Hormel Health Labs Provides Food Service Scholarship Opportunities

Meet the 2020 Hormel Health Labs Student Grant winners!

By Luke Woodard

Hormel Health Labs knows how important our food service workers are. In restaurants and assisted care facilities across the United States, millions of men and women work around the clock to ensure that we have hot food on our tables.

Since 2017, Hormel Health Labs has worked closely with the Association of Nutrition and Foodservice Professionals to offer a scholarship for those individuals who wish to pursue advanced certifications and expand their knowledge of the field. For their continued dedication and desire to help others, we are honored to present the following people with the 2020 Hormel Health Labs Student Grant.

Khalan Pendleton

Born in upstate New York, Khalan always knew he wanted to work in a kitchen. He was attracted to the technical proficiency and discipline that such a fast-paced environment demands. When he was 16, he got a job bussing tables at a restaurant in New Jersey. Since then he has worked himself through the ranks, spending time as a dishwasher and prep cook before earning a spot on the cooking line at a number of recognizable restaurants.

Khalan also spent a number of years working as a director of medical supply at an assisted care facility—an opportunity that gave him a window into the healthcare world: the other major facet of the food service industry. During his time in this position, Khalan began to understand the importance of credentials and certifications. “There are so many skilled, dedicated workers who have spent years in the industry,” he says, “but without the resources to continue their education, they aren’t able to take those next steps to further their careers.”

Khalan earned his bachelor’s degree in labor relations and is currently pursuing a master’s in the same field. He works as an assistant teacher at Rutgers University, where he hopes to combine his two passions, designing a course about “food service from a labor perspective.”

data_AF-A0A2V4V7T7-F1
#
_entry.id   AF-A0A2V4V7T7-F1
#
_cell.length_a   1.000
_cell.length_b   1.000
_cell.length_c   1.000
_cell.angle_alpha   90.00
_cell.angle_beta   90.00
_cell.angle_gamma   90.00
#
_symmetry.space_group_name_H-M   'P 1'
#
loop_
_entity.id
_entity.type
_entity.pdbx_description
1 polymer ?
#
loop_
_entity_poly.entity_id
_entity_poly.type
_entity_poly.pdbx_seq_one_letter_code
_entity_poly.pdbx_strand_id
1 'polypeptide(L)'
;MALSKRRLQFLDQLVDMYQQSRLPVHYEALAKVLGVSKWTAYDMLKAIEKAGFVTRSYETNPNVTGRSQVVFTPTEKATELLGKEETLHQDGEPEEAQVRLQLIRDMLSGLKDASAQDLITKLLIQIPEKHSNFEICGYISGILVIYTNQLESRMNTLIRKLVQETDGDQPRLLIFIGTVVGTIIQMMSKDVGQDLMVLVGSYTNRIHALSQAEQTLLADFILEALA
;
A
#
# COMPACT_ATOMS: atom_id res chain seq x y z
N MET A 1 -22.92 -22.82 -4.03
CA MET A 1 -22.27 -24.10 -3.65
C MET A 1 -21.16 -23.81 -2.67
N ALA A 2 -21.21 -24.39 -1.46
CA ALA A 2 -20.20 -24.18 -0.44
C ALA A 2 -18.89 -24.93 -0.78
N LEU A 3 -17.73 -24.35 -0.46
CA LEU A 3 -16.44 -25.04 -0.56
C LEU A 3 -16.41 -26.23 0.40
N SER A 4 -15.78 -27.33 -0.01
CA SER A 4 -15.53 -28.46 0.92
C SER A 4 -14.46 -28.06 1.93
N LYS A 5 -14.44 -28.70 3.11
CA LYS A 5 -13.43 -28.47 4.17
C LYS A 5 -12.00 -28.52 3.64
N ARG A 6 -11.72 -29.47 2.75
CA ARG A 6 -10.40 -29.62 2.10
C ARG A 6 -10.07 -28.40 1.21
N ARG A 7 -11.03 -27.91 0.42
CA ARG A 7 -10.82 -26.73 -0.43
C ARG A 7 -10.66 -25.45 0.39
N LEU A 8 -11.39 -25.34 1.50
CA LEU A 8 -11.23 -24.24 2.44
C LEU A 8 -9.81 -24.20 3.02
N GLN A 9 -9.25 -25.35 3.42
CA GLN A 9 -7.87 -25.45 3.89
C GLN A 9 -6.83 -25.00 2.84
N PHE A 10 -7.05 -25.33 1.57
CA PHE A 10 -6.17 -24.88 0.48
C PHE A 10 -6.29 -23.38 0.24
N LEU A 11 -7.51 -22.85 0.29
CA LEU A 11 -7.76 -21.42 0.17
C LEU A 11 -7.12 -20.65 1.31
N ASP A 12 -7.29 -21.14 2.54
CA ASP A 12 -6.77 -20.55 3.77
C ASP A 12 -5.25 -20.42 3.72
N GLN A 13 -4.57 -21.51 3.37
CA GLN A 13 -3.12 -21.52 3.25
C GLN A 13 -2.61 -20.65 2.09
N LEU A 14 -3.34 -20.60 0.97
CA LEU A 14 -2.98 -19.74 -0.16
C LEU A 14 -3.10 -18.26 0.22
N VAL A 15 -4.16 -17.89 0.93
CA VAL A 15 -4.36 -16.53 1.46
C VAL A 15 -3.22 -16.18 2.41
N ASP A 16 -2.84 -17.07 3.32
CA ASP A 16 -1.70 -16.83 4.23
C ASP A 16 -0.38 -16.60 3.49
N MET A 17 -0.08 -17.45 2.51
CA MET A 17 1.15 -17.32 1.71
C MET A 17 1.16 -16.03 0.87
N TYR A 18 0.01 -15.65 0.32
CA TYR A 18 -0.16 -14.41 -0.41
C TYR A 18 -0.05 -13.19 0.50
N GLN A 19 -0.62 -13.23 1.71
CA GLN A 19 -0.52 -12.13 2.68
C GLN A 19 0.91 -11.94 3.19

Alongside his master’s degree responsibilities, Khalan is enrolled in an online food service program through the University of North Dakota. He plans on using this scholarship to pay for his Certified Dietary Manager exam. Khalan has come a long way from those early days in New Jersey, but he isn’t done yet. He hopes to start a program that would provide workforce training and certification options for young people who are considering a career in food service. “My ultimate goal,” he says, “is to one day start a scholarship of my own.”

Drew Horstman

Born and raised in Omaha, Nebraska, Drew has spent half his life in the food service industry. He started out with a catering company before transitioning into a hospital kitchen. Drew was working long hours, turning out “thousands of meals a day,” but he found meaning in the knowledge that every meal he prepared was going to a person in need.

Two years ago he accepted a position at a Madonna Rehabilitation Hospital, a move that would define the rest of his career. Madonna is a smaller facility, and staff members work closely with patients to provide long-term care. “Right away I liked it,” Drew says. “That silver lining I found before—the feeling of helping take care of someone—became the essence of my job.”

He has since risen to the position of production supervisor, becoming fascinated by the idea of medical nutrition, also known as nutrition therapy. Drew describes it as “using tailored nutritional intervention within healthcare settings to combat disease or improve quality of life.” Nutrition therapy often complements other forms of medicine, turning food into another tool of recovery.

Drew plans to use this scholarship to finance his Certified Dietary Manager exam, a credential that represents the next step towards his goal of becoming an executive chef. He intends to stay in the healthcare field, continuing to explore the ways in which nutrition can improve patient outcomes. “It’s easy to take food for granted,” he says, “but when it comes to our patients, what they eat can change their lives.”

Jessica Kerns

Jessica lives in Winchester, VA where she works in the dietary division of Advanced Health MD. *(Jessica could not be reached for this story.)